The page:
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  • Macrium Reflect Free Windows Partition Backup vs Full Image Backup

    Posted on Nibbled To Death By Ducks Comment on the AskWoody Lounge

    Home Forums AskWoody support Windows Windows 7 Questions: Windows 7 Macrium Reflect Free Windows Partition Backup vs Full Image Backup

    This topic contains 17 replies, has 6 voices, and was last updated by  Nibbled To Death By Ducks 1 month ago.

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    • #1909339 Reply

      Have not been using this for long, and have not found the info on the Macrium site (may have missed it, old eyes) so a question or you Macrium users:

      There are two different kinds of Image you can make in the Free version; A straight “Image” and a “Partitions Needed To Restore Windows” Image.

      Funny thing is, when done, they only vary in size on the external backup drive to the tune of about 30 MB after standard backup compression! I really thought there would be more.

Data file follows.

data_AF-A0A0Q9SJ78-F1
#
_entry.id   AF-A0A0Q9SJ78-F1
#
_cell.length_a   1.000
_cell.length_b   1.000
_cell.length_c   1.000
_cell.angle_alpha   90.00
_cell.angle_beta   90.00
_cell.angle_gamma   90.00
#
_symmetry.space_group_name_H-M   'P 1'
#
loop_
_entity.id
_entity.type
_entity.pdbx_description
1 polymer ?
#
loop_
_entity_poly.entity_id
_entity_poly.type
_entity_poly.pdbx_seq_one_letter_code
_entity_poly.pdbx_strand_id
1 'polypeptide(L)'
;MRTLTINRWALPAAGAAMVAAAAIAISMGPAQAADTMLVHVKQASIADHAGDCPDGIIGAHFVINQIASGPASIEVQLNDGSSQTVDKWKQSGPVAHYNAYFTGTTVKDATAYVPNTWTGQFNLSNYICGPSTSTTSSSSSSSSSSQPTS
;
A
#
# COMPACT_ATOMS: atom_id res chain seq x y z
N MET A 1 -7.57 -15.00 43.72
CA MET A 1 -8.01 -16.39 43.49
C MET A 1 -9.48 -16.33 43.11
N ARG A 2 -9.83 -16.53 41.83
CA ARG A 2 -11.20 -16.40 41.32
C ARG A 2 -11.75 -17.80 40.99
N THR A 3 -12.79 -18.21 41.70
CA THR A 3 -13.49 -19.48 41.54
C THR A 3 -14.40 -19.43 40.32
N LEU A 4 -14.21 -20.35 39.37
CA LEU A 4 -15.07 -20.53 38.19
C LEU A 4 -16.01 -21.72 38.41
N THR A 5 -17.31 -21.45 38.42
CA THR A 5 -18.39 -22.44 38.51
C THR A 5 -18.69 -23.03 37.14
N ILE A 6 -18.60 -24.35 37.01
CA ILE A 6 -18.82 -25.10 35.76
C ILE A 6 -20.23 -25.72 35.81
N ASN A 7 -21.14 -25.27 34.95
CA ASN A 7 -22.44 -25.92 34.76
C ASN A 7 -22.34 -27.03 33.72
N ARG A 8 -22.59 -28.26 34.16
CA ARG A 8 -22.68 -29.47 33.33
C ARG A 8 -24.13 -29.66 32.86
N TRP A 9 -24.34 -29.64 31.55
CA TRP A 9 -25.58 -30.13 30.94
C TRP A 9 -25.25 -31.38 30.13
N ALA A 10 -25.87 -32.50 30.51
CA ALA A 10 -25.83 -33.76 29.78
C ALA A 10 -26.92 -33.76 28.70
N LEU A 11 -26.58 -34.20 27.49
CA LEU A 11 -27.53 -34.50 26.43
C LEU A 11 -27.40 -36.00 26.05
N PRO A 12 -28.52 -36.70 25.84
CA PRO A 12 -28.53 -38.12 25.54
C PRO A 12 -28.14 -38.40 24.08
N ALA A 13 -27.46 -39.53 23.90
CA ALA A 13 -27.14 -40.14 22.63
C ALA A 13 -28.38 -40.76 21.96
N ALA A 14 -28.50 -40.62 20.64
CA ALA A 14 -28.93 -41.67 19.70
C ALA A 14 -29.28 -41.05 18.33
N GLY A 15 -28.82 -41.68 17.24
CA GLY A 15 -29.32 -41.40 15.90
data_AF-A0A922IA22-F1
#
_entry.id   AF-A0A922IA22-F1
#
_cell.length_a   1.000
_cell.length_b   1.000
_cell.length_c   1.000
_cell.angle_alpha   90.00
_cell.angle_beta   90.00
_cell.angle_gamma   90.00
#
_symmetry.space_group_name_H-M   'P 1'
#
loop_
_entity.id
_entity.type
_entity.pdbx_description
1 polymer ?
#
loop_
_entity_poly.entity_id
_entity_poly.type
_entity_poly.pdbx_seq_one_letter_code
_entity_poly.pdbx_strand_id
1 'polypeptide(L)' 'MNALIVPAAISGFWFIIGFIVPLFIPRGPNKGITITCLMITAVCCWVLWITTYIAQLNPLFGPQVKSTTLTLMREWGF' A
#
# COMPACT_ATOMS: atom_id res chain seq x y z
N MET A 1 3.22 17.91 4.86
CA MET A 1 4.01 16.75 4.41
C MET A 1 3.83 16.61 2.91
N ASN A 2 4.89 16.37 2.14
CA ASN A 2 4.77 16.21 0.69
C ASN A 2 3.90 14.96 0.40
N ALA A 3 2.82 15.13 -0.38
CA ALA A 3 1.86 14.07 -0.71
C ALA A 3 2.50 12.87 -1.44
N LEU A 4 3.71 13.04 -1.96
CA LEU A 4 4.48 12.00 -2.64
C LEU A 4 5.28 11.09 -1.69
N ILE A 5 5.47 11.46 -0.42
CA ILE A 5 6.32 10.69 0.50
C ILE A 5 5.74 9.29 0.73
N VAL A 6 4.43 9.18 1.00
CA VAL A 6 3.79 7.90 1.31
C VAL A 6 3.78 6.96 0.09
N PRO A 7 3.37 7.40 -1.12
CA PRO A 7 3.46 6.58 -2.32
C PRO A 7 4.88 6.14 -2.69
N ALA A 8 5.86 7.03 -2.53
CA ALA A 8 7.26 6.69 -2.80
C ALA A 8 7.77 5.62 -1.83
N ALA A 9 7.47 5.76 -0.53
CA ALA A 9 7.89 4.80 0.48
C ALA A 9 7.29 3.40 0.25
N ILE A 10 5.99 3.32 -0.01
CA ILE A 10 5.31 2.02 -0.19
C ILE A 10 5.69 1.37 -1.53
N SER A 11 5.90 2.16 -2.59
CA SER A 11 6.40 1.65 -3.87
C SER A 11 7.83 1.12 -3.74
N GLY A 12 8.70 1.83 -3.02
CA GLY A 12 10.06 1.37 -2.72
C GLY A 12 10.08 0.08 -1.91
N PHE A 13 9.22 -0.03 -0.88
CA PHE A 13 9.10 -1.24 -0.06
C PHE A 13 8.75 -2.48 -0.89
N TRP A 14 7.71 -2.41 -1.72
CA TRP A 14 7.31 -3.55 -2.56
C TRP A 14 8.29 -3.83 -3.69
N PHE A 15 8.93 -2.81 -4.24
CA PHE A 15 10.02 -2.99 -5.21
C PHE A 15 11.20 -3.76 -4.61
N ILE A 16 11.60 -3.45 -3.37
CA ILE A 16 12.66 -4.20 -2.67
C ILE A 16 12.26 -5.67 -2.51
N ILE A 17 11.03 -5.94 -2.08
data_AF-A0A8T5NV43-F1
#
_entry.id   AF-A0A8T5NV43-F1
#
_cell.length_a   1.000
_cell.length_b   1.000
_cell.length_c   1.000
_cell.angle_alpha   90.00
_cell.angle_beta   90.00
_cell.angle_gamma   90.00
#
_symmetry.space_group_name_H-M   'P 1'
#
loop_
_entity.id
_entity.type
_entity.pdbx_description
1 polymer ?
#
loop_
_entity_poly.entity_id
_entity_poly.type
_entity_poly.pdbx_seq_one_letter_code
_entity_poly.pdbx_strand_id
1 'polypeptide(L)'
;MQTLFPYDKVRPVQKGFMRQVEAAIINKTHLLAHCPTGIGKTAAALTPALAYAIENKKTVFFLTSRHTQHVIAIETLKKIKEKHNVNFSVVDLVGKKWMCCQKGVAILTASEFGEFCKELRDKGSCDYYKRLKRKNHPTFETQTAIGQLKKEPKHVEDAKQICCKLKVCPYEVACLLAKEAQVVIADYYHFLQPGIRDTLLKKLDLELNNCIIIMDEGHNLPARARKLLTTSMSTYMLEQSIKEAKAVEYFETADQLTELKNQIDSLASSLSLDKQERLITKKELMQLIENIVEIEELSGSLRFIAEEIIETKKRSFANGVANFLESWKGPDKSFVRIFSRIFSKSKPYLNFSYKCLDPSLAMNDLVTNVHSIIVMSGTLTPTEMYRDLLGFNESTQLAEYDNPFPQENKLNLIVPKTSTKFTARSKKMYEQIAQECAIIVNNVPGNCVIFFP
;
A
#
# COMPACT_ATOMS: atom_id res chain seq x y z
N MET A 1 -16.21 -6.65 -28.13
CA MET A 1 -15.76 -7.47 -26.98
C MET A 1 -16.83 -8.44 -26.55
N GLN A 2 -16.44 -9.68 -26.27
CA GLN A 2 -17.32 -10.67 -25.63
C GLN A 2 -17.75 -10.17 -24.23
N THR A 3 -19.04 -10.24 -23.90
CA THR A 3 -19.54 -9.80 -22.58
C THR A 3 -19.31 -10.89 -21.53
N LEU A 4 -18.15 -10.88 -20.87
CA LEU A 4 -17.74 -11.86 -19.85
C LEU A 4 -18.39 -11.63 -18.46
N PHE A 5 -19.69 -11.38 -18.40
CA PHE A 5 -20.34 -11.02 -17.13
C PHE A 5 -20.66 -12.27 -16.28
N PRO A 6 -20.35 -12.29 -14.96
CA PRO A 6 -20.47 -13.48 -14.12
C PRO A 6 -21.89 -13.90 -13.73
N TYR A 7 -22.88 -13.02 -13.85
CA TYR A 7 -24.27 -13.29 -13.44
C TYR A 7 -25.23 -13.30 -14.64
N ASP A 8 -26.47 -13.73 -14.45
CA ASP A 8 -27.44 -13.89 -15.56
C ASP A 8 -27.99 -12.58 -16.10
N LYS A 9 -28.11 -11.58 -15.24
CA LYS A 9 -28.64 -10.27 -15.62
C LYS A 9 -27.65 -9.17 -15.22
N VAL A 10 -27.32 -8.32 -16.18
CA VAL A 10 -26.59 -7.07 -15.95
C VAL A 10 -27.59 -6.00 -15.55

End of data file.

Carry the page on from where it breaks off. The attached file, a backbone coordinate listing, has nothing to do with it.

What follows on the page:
The size of my “C” drive is 320 GB (OK, 297 and change), used space is 79.091 GB, and unused is 223 GB.For the backup drive I use a WD 1GB “Elements”(Yeah, I know, but it was all I could afford. I hate the proprietary connector at the backup drive, but…it was inexpensive, and once formatted for NTFS seems to work fine. Wish I could still afford those WD impact-hardened external backup drives I have for my old XP workstation.)

      Q:  Is this difference because I’ve got a drive only 1/4 full, and most of it is OS, so there isn’t much difference between the two, or is there some other reason?

      I have been doing both types once a week and putting them in separate folders on the backup drive, and just wondering at this stage of the game, if I’m wasting my time doing both if there’s not a lot of apps, data, and content that is NOT down in the OS?